I guess after 450 models, it might get a little harder to post as often. Don't worry though, there were over 1,000 different models made before 1969, so I have plenty more to find. It's just going to get a little harder since I've done the most common ones already.
One of my recent finds is a 1953 Robert. It was made for two years.
The Robert was part of a select group of models introduced in the 1950's that were paired with ladies models. The Robert's mate was the Roberta and they make a great his & hers set.
The Robert and the Roberta each came in solid 14K gold cases and you'll find them in white or yellow gold. They also came with black or a two tone silver butler finished dial. So if you like to collect al variants, there are four different Roberts to choose from.
Tucked inside a Robert is a 19 jewel 12/0 sized 754 movement. The 754 was used only in solid gold cases. 14K gold filled cased models would get the 19 jewel 753 and the 10K gold filled models received the 17 jewel 752.
Like most projects I receive, my Robert was in pretty rough shape. It would tick though - so that was a good sign.
Without the beat up crystal in the way, you can see the dial is dirty but looks promising. It might just clean up, you never know.
The movement has a frosted appearance. That's a clear sign that it hasn't been cleaned in a long time. Notice the color of the winding and ratchet wheels - they should be bright and shiny.
You have a 50:50 chance of being able to identify a 1950's watch using the case back. Sometimes the model name is inside and sometimes it's not. Sometimes it's even wrong... for example, the K-455 often says Transcontinental A inside. But that's a different post.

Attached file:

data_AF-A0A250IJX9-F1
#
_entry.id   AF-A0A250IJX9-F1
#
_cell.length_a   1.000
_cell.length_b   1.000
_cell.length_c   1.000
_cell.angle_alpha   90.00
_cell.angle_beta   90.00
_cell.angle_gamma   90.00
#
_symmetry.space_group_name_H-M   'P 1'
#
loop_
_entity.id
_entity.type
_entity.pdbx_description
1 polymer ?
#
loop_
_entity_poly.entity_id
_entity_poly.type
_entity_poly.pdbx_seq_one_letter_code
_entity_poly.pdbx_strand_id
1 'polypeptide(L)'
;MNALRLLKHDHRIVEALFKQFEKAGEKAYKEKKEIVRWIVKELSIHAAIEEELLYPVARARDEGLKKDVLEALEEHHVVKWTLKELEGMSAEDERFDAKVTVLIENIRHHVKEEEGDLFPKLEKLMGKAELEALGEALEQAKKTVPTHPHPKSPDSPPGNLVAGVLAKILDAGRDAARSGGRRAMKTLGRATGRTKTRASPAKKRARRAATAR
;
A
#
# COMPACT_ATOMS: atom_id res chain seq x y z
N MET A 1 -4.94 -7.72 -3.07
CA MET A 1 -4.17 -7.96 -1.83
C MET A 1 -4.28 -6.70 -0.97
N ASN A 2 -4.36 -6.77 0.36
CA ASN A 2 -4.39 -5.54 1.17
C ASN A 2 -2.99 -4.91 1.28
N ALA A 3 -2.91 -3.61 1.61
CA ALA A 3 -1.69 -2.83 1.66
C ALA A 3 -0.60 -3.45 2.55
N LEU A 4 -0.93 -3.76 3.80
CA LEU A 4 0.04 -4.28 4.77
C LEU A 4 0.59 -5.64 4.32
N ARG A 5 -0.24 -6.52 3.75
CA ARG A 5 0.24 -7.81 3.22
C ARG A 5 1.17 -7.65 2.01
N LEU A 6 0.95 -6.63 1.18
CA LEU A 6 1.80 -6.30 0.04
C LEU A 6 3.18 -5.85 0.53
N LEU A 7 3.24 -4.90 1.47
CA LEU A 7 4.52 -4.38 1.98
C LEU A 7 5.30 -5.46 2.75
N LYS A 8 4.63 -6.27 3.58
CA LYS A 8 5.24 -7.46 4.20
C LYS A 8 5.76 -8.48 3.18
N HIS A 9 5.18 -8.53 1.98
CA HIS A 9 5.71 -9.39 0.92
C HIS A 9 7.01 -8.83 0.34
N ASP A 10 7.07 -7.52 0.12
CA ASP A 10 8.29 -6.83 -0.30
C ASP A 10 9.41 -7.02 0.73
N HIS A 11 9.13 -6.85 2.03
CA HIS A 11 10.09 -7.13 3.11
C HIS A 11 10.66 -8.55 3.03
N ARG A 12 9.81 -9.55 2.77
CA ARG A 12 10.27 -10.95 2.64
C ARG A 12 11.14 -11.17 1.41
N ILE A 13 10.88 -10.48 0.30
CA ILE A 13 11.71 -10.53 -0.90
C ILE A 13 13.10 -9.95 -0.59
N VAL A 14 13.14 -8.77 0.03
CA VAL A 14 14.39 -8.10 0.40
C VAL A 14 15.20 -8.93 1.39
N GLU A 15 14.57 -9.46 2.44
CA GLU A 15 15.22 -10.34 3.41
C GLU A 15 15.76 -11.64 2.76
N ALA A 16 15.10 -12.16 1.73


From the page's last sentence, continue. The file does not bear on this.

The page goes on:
You can see ROBERT is stamped inside this case back, along with the requisite Hamilton Watch Co Lancaster PA. If you don't see Hamilton Watch Co (etc) inside the case back, it's likely not an original model... that's good to know when you're looking at platinum "top hat" models with 17 jewel 980 movement.
One thing you don't see inside this case back are any watchmaker's marks. I wonder if this watch has ever been cleaned?
The dial-side of the main plate shows evidence of a little water getting inside. That should clean up okay though.
I happened to have a decent dial that looks to be a good candidate if the cleaning process goes awry. Actually, while writing this post I realized the seconds register isn't the same. I think the dial in the baggie is maybe for a Gordon?
A new glass crystal will be a nice improvement over the beat up version that came with the watch.
Everything is cleaned, dried and ready to be reassembled with fresh lubricants.
The first thing to go back in is the mainspring, with a little grease to keep it well lubricated.
The reassembled watch is now running nicely. After doing this for about 5 years I've started to get a sense for how well a watch is running just by looking at it. Well, I can see if it's not running well, lets just say it that way. This one is looking good but only the watch timer can really say for sure.
Running nicely, as I suspected. Just a smidgen slow but that's easily corrected.
Out of curiosity I looked at the back of the dials too. The one on the right is the correct model. Notice the dial feet are in differently locations. The one on the left is for a 14/0 sized movement like the 982.
The dial and hands go on and then everything is tucked safely back in the freshly polished case. The new crystal and a nice croc strap complete the restoration. The dial cleaned up pretty well - it's not perfect but it's better than my unforgiving camera lets on. Definitely an improvement over what I started with - don't you think?
UPDATE: Jan 19. 2016
Here's a photo of the same watch with a refinished dial. I think it looks much better. It's hard to get one of these two tone dials to be perfect as there is a lot going on with the two colors, various lines and hour markers. This one looks pretty sharp though, note how the lines are evenly spaced around the markers.